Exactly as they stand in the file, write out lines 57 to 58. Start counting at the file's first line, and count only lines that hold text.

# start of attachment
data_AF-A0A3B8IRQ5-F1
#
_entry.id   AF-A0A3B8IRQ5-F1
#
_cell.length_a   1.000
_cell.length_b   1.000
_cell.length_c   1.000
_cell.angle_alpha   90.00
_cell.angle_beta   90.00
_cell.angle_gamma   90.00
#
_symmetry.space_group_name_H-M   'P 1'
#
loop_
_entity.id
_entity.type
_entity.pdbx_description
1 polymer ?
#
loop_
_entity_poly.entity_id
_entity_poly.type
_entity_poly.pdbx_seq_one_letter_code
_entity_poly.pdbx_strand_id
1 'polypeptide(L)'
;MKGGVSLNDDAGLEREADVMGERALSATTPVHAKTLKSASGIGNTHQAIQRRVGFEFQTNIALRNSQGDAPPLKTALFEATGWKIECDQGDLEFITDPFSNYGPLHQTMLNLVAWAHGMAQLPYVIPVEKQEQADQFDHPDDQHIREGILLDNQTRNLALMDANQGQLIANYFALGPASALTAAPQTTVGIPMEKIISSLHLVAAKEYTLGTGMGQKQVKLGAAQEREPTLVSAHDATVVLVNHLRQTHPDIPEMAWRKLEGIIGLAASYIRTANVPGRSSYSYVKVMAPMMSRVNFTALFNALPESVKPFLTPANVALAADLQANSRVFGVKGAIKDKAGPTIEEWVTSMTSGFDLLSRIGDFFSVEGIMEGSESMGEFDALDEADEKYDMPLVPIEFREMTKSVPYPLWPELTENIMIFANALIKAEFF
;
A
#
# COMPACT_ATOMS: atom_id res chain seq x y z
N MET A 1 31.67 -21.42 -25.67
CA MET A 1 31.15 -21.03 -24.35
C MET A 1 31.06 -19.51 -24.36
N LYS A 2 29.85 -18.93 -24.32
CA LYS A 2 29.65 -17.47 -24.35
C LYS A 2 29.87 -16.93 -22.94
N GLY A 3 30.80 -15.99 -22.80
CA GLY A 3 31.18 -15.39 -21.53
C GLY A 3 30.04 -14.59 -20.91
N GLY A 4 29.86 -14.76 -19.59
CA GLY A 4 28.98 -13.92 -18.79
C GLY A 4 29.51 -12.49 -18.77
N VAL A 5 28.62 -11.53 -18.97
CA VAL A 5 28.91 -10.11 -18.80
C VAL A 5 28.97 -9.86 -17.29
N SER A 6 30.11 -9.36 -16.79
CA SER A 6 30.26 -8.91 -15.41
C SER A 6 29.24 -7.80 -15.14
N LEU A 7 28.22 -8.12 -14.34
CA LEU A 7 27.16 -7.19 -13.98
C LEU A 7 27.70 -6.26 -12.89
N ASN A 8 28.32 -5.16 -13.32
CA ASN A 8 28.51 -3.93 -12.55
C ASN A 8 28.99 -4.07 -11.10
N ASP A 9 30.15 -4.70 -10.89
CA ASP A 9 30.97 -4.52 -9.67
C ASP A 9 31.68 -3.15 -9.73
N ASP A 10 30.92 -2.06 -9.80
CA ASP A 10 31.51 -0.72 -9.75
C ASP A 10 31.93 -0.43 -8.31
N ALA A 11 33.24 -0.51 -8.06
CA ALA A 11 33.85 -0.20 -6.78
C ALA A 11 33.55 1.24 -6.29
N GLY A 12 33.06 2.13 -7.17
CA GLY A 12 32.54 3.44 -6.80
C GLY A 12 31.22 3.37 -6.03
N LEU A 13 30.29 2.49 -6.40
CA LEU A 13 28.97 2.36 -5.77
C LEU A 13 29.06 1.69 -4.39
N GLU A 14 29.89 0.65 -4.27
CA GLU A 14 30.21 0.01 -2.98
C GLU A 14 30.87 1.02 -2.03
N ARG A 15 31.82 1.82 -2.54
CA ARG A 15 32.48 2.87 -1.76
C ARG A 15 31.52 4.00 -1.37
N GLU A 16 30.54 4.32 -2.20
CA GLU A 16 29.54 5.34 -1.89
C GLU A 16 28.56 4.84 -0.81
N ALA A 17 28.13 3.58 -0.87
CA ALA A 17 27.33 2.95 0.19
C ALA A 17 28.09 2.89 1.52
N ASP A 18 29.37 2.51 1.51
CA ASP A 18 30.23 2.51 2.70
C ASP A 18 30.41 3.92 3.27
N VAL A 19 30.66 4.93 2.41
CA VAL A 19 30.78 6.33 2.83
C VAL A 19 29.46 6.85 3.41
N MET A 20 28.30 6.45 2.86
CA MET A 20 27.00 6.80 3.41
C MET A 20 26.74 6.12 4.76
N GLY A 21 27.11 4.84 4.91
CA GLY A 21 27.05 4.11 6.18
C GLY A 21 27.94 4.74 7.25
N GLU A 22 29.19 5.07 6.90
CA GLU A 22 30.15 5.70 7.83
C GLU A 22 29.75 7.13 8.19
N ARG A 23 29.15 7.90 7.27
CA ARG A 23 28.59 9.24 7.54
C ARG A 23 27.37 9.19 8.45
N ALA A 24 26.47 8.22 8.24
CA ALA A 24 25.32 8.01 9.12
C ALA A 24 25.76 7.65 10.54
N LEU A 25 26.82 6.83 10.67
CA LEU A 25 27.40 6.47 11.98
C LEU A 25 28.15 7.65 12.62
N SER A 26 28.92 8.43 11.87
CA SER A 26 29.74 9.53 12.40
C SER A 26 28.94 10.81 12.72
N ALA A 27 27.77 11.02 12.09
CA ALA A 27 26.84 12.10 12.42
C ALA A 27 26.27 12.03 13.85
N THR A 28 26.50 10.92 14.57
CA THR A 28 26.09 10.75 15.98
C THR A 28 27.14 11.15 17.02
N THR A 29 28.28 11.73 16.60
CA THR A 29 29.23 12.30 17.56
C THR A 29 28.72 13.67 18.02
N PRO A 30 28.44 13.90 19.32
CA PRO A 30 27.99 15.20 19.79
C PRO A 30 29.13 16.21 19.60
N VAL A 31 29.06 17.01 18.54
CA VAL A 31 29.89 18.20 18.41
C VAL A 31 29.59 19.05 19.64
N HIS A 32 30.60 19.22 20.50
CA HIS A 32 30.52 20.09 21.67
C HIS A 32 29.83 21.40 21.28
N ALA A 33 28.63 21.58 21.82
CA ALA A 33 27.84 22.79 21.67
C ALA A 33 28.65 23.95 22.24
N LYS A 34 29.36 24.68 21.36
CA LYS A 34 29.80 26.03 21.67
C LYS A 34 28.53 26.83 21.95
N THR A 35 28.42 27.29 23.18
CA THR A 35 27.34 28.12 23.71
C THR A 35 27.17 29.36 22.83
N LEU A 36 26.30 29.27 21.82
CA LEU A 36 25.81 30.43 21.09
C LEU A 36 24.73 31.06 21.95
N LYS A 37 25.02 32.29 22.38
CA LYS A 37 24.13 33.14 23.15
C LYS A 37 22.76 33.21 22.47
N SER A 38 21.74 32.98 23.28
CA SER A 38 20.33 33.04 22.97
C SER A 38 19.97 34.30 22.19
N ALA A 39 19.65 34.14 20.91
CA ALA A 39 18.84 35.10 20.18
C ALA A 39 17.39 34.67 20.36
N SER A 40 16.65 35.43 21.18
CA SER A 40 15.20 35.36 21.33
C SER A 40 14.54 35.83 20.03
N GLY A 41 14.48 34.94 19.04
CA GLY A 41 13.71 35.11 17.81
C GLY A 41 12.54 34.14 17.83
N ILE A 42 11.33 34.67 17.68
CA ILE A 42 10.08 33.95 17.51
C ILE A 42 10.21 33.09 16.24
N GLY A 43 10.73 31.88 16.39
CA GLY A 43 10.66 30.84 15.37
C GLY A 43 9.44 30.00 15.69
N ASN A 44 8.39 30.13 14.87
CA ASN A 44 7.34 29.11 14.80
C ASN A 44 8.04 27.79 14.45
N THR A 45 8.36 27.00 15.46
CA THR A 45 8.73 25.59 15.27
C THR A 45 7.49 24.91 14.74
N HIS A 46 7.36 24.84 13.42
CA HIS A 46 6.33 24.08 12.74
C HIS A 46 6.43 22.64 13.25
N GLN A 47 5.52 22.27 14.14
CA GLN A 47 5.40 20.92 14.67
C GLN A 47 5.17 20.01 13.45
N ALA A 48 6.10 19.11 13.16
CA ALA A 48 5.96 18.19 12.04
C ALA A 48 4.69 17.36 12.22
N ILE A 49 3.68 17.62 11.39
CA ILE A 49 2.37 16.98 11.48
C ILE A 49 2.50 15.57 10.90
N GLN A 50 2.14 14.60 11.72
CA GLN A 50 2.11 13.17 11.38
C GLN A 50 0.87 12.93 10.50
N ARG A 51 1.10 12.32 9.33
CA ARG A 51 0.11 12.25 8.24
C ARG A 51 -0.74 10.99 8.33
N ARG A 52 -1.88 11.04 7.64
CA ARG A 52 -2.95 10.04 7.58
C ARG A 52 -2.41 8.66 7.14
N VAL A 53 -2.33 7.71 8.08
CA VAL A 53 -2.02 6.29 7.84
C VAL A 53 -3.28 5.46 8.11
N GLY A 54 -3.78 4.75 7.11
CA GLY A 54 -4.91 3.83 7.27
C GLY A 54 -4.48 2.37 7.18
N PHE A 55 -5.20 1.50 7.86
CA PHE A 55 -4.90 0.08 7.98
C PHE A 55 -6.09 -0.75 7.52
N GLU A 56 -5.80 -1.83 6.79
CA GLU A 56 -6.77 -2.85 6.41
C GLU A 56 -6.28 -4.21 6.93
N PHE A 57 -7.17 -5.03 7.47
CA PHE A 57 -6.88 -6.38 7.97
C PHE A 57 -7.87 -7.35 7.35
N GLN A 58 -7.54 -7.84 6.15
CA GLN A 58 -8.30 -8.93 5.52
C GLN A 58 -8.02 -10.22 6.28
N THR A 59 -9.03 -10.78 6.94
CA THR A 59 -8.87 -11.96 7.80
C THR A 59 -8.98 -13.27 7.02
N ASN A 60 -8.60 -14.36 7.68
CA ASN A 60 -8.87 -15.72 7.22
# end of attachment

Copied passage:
C ASP A 9 31.68 -3.15 -9.73
N ASP A 10 30.92 -2.06 -9.80